The primary objective of service-oriented architecture (SOA) is to use information technology to address the key goals of business today: innovation, agility, and market value. Agility in SOA is achieved by use of the principles of encapsulation, modularity, and loose coupling. Loose coupling enables customers to rapidly reuse services in new applications where strong consistency must be maintained to achieve the primary business objectives of the application. When applications are composed of loosely coupled services that are independent i.e. it is owned by different parts of the organization, based on disparate technology assumptions, and evolving on independent schedules and with diverse priorities, the consistency of the composite application can be undermined. This paper examines how consistency can be created and retained in loosely coupled applications. In this context, use of semantic ontology, a technique to achieve and maintain consistency of composite applications using SOA is presented.
Keywords: Service Oriented Architecture (SOA), Agility, Coupling, Cohesion, Semantics, Ontology,
Web Ontology Language (OWL)
[...] The Semantic Annotations for WSDL and XML Schema (SAWSDL) recommendation33 builds upon and refines the concepts introduced in WSDL-S and is the official recommendation of the W3C (World Wide Web Consortium—responsible for many Web standards) for adding semantics to service descriptions, in particular WSDL 1.1 and WSDL An ontology is an exceptionally powerful mechanism for maintaining strong consistency. The ontology, of course, augments the service definition with semantics, helping to identify services that are appropriate. Digitally encoding these semantics enables searching for and validating the most appropriate services for a given need. [...]
[...] Just as a shift in the meaning or performance of a service may move the service away from its original intent, it can also coast toward performing a function more efficiently or more completely SEMANTICS Semantic SOA is standard base, ontology enabled, constraint driven approach that enables automatic service discovery and selection, dynamic information exchange and runtime process orchestration correction and optimization. For example, there may be a dependency on an approval service for completing purchase requests. There may be several approval services listed in the catalog of services that is consulted. [...]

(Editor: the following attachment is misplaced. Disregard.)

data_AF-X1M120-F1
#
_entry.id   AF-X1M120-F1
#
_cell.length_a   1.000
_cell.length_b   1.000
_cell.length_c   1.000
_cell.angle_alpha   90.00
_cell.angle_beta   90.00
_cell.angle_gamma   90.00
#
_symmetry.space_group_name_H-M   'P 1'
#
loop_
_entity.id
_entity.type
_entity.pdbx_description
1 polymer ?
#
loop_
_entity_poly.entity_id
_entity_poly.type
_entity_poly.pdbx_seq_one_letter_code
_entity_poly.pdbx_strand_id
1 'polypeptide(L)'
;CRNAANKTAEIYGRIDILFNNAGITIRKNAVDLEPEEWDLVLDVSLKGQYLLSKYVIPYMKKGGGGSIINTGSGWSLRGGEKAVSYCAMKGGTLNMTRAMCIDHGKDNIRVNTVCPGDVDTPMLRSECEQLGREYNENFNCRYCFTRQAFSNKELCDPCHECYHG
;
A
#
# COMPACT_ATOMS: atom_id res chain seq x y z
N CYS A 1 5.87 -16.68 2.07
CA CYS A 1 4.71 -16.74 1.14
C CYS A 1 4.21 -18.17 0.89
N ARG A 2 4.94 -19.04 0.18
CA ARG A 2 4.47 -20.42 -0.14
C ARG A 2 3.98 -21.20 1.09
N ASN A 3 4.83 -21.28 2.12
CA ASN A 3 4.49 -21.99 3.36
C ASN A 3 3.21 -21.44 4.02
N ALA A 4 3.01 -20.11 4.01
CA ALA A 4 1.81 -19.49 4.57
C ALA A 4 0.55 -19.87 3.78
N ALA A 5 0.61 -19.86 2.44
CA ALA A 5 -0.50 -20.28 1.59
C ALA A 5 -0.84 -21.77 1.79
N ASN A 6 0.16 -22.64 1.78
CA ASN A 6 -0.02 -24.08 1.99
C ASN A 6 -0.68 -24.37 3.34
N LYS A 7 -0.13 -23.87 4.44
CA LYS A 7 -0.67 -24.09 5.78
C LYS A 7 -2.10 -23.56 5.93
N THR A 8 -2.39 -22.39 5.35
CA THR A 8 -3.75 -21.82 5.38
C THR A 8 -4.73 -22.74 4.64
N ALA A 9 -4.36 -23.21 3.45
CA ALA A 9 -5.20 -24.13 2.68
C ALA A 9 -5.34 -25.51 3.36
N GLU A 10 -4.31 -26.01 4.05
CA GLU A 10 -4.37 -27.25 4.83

[...] The remainder of this paper explores various aspects of consistency, how consistency can flow and the techniques and practices related to protecting the consistency of loosely coupled, service-based applications SERVICE ORIENTED ARCHITECTURE: OVERVIEW For considering the term service-oriented architecture, it is useful to review the key terms. An architecture is a formal description of a system, defining its purpose, functions, externally visible properties, and interfaces. It also includes the description of the system's internal components and their relationships, along with the principles governing its design, operation, and evolution. [...]
[...] Information Technology terrain in a given business is populated by many services, owned and maintained by different departments and lines of business, built with different underlying languages and technologies, driven by possibly disparate local concerns, registered and published for use across the enterprise, and then composed across distributed networks to orchestrate specific business processes. Several issues raised due to this such as , Building and connecting different services implemented using different technologies. Representing task and objective of each services. Defining and publishing actual capabilities of a service. [...]
[...] Defining precisely the consistency of loosely coupled applications as: ability to preserve the intent and behavior of the application in automating a business objective throughout the life cycle of the services used in the composition of that application.” 4. CONSISTENCY FLOW A frequent problem in loosely coupled systems is that services do not always retain their original be used without examining the semantics of the services that are available. Further, it is possible that the desired service is not called an approval service but rather goes by a completely different name, such as accredit. [...]
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